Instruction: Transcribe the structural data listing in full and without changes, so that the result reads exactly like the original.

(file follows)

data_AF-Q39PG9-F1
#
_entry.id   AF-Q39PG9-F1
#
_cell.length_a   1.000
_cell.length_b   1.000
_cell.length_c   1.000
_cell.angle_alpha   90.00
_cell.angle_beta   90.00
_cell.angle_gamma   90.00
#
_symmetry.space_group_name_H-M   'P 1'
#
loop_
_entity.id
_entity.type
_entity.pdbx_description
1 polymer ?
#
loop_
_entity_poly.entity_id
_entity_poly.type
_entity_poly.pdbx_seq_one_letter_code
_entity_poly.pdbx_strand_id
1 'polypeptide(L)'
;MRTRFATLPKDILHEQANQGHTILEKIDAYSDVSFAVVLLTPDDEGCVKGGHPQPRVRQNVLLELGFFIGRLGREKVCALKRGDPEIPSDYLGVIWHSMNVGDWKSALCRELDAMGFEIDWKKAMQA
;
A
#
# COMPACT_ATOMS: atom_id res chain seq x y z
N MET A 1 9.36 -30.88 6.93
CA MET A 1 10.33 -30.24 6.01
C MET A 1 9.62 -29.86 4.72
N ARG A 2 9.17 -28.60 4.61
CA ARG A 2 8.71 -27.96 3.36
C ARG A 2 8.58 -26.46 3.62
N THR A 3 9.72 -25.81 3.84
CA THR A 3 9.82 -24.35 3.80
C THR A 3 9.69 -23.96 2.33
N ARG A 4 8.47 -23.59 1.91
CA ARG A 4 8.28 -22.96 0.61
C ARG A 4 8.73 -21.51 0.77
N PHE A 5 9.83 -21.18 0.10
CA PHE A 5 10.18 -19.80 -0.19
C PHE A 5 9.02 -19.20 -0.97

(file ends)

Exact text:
data_AF-Q39PG9-F1
#
_entry.id   AF-Q39PG9-F1
#
_cell.length_a   1.000
_cell.length_b   1.000
_cell.length_c   1.000
_cell.angle_alpha   90.00
_cell.angle_beta   90.00
_cell.angle_gamma   90.00
#
_symmetry.space_group_name_H-M   'P 1'
#
loop_
_entity.id
_entity.type
_entity.pdbx_description
1 polymer ?
#
loop_
_entity_poly.entity_id
_entity_poly.type
_entity_poly.pdbx_seq_one_letter_code
_entity_poly.pdbx_strand_id
1 'polypeptide(L)'
;MRTRFATLPKDILHEQANQGHTILEKIDAYSDVSFAVVLLTPDDEGCVKGGHPQPRVRQNVLLELGFFIGRLGREKVCALKRGDPEIPSDYLGVIWHSMNVGDWKSALCRELDAMGFEIDWKKAMQA
;
A
#
# COMPACT_ATOMS: atom_id res chain seq x y z
N MET A 1 9.36 -30.88 6.93
CA MET A 1 10.33 -30.24 6.01
C MET A 1 9.62 -29.86 4.72
N ARG A 2 9.17 -28.60 4.61
CA ARG A 2 8.71 -27.96 3.36
C ARG A 2 8.58 -26.46 3.62
N THR A 3 9.72 -25.81 3.84
CA THR A 3 9.82 -24.35 3.80
C THR A 3 9.69 -23.96 2.33
N ARG A 4 8.47 -23.59 1.91
CA ARG A 4 8.28 -22.96 0.61
C ARG A 4 8.73 -21.51 0.77
N PHE A 5 9.83 -21.18 0.10
CA PHE A 5 10.18 -19.80 -0.19
C PHE A 5 9.02 -19.20 -0.97